HHS Releases Report to Congress on Providers Ineligible for Electronic Health Records Payment Incentives

As a requirement of the Health Information Technology for Economic and Clinical Health Act (HITECH Act) of the American Recovery and Reinvestment Act of 2009 (ARRA), the U.S. Department of Health and Human Services (HHS) Assistant Secretary for Planning and Evaluation (ASPE) Office of Disability, Aging and Long-Term Care Policy recently released a study entitled EHR Payment Incentives for Providers Ineligible for Payment Incentives and Other Funding Study.  The long-awaited study provided a rationale for identifying provider types not eligible for electronic health record (EHR) incentive payments and identified the provider types who may participate in Medicare and Medicaid but are not eligible for the EHR incentive programs instituted under HITECH.

Home health care and hospice providers – categorized as Long-Term, Post-Acute Care (LTPAC) providers in the report – were included as one of the ineligible provider types that have a frequent need to exchange health information on behalf of their patient populations and would benefit from the use of health IT/EHR technology, including the ability to communicate electronically with other providers.

The ASPE study identified several actions, programs and initiatives that have been leveraged or proposed to provide “direct support” or “indirect support” to ineligible providers for their acquisition and/or use of health IT/EHRs, including: extending the EHR Incentive Programs, grant and loan programs, technical assistance, developing and implementing a health IT infrastructure to support interoperable HIE and more importantly also acknowledges that none of the programs for ineligible providers are sufficient to promote widespread adoption of certified EHR technology (CEHRT).

The study noted that there is a lack of strategic planning or coordination with respect to programs and activities that include a focus on the use of health IT/EHRs by some of the ineligible provider types. Such strategic planning could assist in identifying gaps in current activities to advance the use of EHR technology by ineligible providers and support investments that maximally leverage and are aligned with current policy priorities, and are efficiently targeted.

This study described the importance of having good, reliable and nationally representative data regarding health IT/EHR adoption rates by ineligible providers in order to assesses the need for and effectiveness of investments that seek to advance the acquisition and/or use of health IT/EHRs by ineligible providers. This study also identified several factors that could be considered in estimating EHR adoption rates.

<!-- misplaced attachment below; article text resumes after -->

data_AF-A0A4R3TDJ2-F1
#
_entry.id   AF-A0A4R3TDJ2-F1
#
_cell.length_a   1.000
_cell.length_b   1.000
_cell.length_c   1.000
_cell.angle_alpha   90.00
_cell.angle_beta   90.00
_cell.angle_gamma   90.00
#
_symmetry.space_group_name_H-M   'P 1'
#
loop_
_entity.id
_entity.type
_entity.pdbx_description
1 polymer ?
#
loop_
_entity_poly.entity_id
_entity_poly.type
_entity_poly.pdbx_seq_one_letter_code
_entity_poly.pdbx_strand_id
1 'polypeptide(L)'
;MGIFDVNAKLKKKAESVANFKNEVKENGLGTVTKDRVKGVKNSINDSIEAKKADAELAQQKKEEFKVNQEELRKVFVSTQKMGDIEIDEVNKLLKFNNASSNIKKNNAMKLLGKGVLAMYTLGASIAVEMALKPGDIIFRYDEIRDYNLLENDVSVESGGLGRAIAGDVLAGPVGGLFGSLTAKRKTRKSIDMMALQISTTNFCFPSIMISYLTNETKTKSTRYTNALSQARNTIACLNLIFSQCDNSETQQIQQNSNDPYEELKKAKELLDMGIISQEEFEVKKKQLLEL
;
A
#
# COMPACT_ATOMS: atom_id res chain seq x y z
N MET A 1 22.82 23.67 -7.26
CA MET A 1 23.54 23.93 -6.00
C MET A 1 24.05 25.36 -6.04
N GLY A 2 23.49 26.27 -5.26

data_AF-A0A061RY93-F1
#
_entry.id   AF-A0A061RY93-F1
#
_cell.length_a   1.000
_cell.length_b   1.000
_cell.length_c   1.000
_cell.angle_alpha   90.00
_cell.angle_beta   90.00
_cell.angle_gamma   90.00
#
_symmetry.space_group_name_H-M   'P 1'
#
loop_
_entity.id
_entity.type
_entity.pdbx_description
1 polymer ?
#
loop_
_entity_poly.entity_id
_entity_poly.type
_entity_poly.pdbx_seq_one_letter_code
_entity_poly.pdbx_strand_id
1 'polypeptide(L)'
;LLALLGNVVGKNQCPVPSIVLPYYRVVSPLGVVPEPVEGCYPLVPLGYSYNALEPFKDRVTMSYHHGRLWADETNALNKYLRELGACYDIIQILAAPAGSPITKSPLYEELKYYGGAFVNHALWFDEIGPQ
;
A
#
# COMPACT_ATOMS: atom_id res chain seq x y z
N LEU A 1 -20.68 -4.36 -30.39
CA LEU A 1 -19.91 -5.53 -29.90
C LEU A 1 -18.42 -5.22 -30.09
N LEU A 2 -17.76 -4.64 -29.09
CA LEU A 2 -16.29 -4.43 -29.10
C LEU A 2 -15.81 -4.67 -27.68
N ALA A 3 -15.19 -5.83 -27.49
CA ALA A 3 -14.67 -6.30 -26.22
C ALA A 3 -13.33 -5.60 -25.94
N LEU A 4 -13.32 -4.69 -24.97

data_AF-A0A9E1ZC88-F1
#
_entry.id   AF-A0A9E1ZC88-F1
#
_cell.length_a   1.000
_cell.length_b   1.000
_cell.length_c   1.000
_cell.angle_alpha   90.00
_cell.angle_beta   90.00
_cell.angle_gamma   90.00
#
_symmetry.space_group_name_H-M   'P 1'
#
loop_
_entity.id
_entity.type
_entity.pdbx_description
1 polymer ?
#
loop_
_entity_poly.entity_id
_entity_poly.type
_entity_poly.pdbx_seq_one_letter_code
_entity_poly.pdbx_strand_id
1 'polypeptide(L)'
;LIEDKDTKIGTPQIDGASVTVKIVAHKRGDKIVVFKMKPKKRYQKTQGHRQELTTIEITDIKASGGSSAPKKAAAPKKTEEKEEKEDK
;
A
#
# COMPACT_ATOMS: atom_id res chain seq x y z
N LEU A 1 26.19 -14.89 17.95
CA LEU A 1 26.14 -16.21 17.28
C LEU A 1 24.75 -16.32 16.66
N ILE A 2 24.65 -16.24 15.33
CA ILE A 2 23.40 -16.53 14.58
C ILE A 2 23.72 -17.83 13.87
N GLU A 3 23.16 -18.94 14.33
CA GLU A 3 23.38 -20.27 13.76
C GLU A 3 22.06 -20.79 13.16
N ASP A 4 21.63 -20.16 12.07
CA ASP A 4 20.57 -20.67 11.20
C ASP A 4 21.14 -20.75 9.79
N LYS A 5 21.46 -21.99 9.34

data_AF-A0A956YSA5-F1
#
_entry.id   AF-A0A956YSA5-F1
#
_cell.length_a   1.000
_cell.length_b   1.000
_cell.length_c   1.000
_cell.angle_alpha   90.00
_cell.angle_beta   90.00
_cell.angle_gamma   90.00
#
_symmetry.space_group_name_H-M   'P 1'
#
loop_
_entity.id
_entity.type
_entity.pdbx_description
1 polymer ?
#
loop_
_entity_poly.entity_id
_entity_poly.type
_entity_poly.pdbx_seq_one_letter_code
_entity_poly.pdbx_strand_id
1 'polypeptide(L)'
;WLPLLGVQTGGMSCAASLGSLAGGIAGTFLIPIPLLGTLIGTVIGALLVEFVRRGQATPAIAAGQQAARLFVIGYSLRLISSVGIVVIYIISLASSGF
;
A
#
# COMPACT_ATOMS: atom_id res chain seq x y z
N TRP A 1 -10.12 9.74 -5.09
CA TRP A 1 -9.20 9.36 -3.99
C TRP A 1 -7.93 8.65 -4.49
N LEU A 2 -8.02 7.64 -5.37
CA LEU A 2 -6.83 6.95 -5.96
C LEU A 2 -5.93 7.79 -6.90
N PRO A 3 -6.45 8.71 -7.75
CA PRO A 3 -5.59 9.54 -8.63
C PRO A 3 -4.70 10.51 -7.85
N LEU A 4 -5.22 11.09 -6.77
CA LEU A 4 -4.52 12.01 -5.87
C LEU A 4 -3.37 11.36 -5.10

The study also included key considerations for policy makers to help inform them about the complexity of the policy implications for determining incentives and/or other funding opportunities to support the use of EHR technology by ineligible providers. These considerations include the extent to which market forces that have emerged in response to the EHR Incentive Programs and new delivery models such as those encouraged by the Affordable Care Act will drive adoption of interoperable EHR technologies across the health care continuum, including use of such technology by ineligible providers.

The study concluded that many of the health care providers not eligible for the Medicare and Medicaid EHR Incentive Programs, such as LTPAC and Behavioral Health providers, have a frequent need to exchange health information.  One of the key benefits of the use of health IT is the ability to exchange information to communicate and coordinate services on behalf of patients, and their physicians and entire care team who are often located in different geographic areas and practice settings. 

Advancing the adoption of certified EHR technology solutions by providers not eligible for the EHR Incentive Programs may support the realization of the goals associated with implementing a nationwide health IT infrastructure, new models of care delivery and coordination, and the Medicare and Medicaid EHR Incentive Programs.

The study proposes that filling critical gaps in standards is important to support the interoperable exchange of health information on behalf of vulnerable persons who receive services across the care continuum, including (but not limited to) health care providers who are not eligible for the EHR Incentive Programs. In addition, the specification of standards to support interoperable health information exchange is necessary but may not be sufficient to support the development and implementation of certified EHR technology solutions for these providers. Other actions, programs and initiatives will likely be needed to support and accelerate the use of certified EHR technology by health care providers not eligible for the EHR Incentive Programs.

Source: NAHC

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